It’s been over two years since Emily weaned. I don’t write about breastfeeding or nursing anymore, unless it is in response to a comment on my nipple trauma post, still my most popular post on this blog.
It gratifies me to know I’ve left even a tiny mark on the world of breastfeeding health and lactivism.
I miss nursing, but I don’t really feel the urge to write about it anymore. And unless I am doling out obnoxiously unsolicited advice to a new mom, I rarely talk about it.
Well, that’s not entirely true.
Since I nursed Emily until she was a little past four, when she naturally weaned herself, she remembers her time at the breast. She occasionally mentions it to me. She reminisces, and even wishes she could still be a cozy little nursling.
It is also gratifying to know my daughter has happy, safe, sweet memories of nursing and will hopefully grow up with positive attitudes about breastfeeding.
But I digress. . .
What I really wanted to tell you about was meeting my all time musical idol a few months back.
Anyone who knows me, knows that I am a HUGE Regina Spektor fan. My obsession for her cannot be stifled.
Regina is a Russian immigrant who came here as a child to escape religious persecution for being Jewish. She is a classically trained pianist who writes insanely creative songs in the indie-anti-folk-alternative genre.
You might know her as the singer who wrote and performed the Orange is the New Black theme song. She also recently did a cover of While My Guitar Gently Weeps for the animated movie, Kubo and the Two Strings.
Her presence in the world brings me joy and hope. It’s no hyperbole to say her music changed my life. It may have even altered my DNA at a molecular level.
Regina toured this past year, and I got to see her three times. THREE TIMES you guys!!!
I saw her in my home state, and in New York City at Radio City Music Hall in March. Then I got to see her in November in Northampton, MA. Through a confluence of rare and unusual events, a friend managed to obtain backstage passes to meet Ms. Spektor after the show in Northampton.
OMGOMGOMG!!! I know, right!!!
It was going to be really hard to play it cool, but that was the plan. The entire show was like an out of body experience, and she sang Loveology and Pound of Flesh and Flyin‘ and a bunch of other oldies I’d never heard live before.
Oh, and also my friend and I were in the second row, just so, so, so close to this woman who has more artistic energy in a fingernail clipping than most people can imagine in their entire lifetimes! The show was unreal, and even if I’d never met Regina that night, it still would have pretty much been a perfect experience.
So, we stuck our backstage passes on our lapels after the show and waited in the appointed spot for the tour manager. There were people hanging around who didn’t have backstage passes, and they didn’t even try to hide their envy as they asked how we got “on the list”.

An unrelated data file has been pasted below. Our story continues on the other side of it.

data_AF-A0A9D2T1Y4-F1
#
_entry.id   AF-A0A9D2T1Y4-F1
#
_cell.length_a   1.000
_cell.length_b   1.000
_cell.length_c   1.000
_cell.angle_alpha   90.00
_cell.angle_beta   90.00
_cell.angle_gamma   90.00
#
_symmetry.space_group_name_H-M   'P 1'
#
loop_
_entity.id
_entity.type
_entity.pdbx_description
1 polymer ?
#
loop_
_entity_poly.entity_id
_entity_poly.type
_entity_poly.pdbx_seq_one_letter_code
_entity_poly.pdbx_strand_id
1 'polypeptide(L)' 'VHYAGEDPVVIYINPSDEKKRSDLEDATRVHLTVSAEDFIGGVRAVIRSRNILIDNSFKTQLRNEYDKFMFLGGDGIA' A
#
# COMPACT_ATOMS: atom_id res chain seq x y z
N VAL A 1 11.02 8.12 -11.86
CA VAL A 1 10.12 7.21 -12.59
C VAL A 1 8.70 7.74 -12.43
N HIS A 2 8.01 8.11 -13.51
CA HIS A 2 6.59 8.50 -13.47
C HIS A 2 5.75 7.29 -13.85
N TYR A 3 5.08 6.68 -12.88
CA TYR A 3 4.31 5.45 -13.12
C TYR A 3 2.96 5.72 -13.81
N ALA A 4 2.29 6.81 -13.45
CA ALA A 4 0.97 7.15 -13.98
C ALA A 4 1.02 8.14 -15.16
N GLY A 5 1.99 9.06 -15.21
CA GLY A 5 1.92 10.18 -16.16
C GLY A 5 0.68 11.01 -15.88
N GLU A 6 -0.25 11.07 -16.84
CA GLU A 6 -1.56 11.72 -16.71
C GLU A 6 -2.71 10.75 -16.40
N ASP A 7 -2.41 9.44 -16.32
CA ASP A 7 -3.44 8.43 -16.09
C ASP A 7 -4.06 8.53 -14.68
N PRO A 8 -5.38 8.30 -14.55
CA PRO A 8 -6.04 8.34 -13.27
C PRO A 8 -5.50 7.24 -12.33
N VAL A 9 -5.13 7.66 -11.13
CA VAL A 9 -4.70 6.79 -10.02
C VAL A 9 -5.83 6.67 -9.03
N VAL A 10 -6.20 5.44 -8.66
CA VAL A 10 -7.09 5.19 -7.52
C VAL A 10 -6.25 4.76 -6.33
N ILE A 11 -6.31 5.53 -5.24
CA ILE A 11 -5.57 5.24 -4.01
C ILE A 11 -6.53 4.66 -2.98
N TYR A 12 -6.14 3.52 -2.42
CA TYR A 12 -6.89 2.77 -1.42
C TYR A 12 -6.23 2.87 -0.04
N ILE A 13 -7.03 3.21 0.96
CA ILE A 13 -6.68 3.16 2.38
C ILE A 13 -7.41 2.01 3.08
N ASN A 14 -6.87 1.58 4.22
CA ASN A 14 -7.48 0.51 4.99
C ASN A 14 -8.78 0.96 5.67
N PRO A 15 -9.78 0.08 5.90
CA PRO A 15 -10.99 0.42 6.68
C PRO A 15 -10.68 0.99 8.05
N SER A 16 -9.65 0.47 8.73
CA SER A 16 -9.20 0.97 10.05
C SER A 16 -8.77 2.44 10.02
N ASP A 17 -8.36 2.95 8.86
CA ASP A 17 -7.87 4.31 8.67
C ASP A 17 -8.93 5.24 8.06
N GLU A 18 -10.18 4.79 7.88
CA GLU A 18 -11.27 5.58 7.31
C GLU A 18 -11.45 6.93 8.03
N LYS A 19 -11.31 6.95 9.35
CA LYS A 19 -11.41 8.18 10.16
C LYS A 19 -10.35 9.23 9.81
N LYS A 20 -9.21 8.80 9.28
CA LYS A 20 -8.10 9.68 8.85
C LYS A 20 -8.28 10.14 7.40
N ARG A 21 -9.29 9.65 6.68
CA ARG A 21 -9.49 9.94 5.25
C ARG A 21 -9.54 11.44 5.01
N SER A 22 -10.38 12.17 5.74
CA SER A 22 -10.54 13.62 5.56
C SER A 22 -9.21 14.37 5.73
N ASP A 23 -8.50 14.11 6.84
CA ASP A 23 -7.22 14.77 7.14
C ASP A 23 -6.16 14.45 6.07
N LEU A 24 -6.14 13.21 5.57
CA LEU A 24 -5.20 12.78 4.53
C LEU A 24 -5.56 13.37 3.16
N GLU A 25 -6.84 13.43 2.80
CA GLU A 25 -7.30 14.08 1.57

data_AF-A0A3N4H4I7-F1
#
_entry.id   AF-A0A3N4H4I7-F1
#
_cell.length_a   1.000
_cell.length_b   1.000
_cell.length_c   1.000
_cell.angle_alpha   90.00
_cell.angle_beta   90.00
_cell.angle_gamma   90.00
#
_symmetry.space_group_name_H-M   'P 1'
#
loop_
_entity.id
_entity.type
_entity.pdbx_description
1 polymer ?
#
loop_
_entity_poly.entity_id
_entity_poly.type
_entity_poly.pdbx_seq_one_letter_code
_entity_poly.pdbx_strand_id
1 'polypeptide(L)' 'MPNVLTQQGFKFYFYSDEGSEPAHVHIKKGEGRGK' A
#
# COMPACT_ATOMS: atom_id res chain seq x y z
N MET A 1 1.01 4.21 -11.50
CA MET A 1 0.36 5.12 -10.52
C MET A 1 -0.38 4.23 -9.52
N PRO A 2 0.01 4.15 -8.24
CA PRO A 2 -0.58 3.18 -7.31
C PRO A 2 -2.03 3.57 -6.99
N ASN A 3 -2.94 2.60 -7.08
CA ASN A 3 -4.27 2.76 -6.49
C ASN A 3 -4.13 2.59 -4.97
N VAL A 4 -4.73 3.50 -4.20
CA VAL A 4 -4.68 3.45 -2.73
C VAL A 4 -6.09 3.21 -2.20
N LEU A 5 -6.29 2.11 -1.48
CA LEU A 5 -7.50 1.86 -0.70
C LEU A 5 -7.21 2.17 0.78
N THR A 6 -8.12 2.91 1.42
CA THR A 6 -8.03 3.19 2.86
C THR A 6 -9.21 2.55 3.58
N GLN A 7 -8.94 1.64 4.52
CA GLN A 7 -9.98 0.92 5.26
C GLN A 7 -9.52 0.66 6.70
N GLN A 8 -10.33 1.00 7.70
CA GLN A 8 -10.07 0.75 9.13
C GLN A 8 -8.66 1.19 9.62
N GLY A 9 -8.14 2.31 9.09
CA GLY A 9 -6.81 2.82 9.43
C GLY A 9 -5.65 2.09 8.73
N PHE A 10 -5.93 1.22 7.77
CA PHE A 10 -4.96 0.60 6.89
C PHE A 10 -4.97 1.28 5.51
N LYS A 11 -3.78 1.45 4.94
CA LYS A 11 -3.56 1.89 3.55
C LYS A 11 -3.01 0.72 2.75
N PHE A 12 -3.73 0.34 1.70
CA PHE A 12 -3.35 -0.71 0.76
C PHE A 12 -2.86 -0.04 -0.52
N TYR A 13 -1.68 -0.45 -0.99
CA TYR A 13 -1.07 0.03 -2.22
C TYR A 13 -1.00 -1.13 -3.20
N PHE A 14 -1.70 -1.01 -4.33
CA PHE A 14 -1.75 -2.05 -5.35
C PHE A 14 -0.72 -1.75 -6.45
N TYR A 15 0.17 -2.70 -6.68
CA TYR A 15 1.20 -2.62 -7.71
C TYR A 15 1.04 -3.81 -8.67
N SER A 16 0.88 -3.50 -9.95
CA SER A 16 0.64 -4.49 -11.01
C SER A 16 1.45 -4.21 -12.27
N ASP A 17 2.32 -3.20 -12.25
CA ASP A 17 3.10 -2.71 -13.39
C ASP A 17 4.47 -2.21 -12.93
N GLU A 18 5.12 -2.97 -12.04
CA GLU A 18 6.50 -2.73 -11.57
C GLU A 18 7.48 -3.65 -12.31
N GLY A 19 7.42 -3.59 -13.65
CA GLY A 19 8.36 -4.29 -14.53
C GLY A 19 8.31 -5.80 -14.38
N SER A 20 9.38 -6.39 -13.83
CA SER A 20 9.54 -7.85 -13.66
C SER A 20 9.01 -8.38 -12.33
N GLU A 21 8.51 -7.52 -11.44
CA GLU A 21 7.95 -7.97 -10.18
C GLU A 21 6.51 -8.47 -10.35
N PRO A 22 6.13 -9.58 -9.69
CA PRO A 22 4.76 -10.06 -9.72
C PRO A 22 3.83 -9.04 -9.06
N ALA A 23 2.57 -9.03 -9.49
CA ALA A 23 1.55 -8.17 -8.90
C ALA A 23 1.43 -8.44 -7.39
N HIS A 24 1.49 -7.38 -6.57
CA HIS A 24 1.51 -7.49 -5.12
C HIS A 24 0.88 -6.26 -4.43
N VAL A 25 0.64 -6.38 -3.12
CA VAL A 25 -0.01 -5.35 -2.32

Finally the tour manager came to get us, and he led us down some stairs to a chamber that was all brick and basement and lacking in any glamour or glitz. And there she was. Regina Freaking Spektor. My spirit animal.
She greeted us with genuine warmth and kindness that set me instantly at ease. She was soft spoken and almost shy. We chatted about this and that and fuck tRump!
I got to tell her how I’d seen her at RCMH and how I heard her speak about Purim and the importance of resistance and how meaningful and prescient this had been to me at the time. I shared with her that I worked for a Jewish agency and she seemed truly delighted by this little fact about me.
While we were talking, her tour manager came up to her with a bag of lentils. She thanked him and turned back to us. “If you ever need to make a heat pack in a pinch,” she said. “Lentils work great! Stick them in a sock in the microwave.”
“Rice in a sock works good too,” I added.
“Sure,” I offered confidently. “Came in handy during breastfeeding.” As soon as the words were out of my mouth, I was sure I’d said the most flagrantly awkward thing on the planet. Who meets their idol and starts talking about breastfeeding? I apologized with a little laugh.
“No!” Regina said with a pleasant and unflappable grace. “That’s so real. Breastfeeding is real. I remember. . .” Somehow we got on another subject and then she signed my poster for my daughter and me. Love and peace and fun.
She gave us hugs and we took photos together.
The whole encounter didn’t last more than ten minutes and then my friend and I were on the road back home.
I haven’t posted here in a long while, and I haven’t posted about breastfeeding in a longer while. It occurred to me that this was a sharable little nugget.
I’m always searching for ways to integrate all these random bits of myself; to reconcile all of the parts of who I am to make something whole and awesome. There is me as an artist, woman, mom, wife, worker, and friend. There is me as someone who hopes and hurts and heals and hides. There is me as a sexual goddess being, created of life. There is me who is very private. There is me who is very proud and enthusiastic.
In a way, it is so totally perfect that I managed to casually weave a thread of one of my life’s greatest passions into my tiny interaction with my greatest hero. It felt awkward and crazy and just right. To me, that’s what my integration is all about, and it was received with gracious humor that night.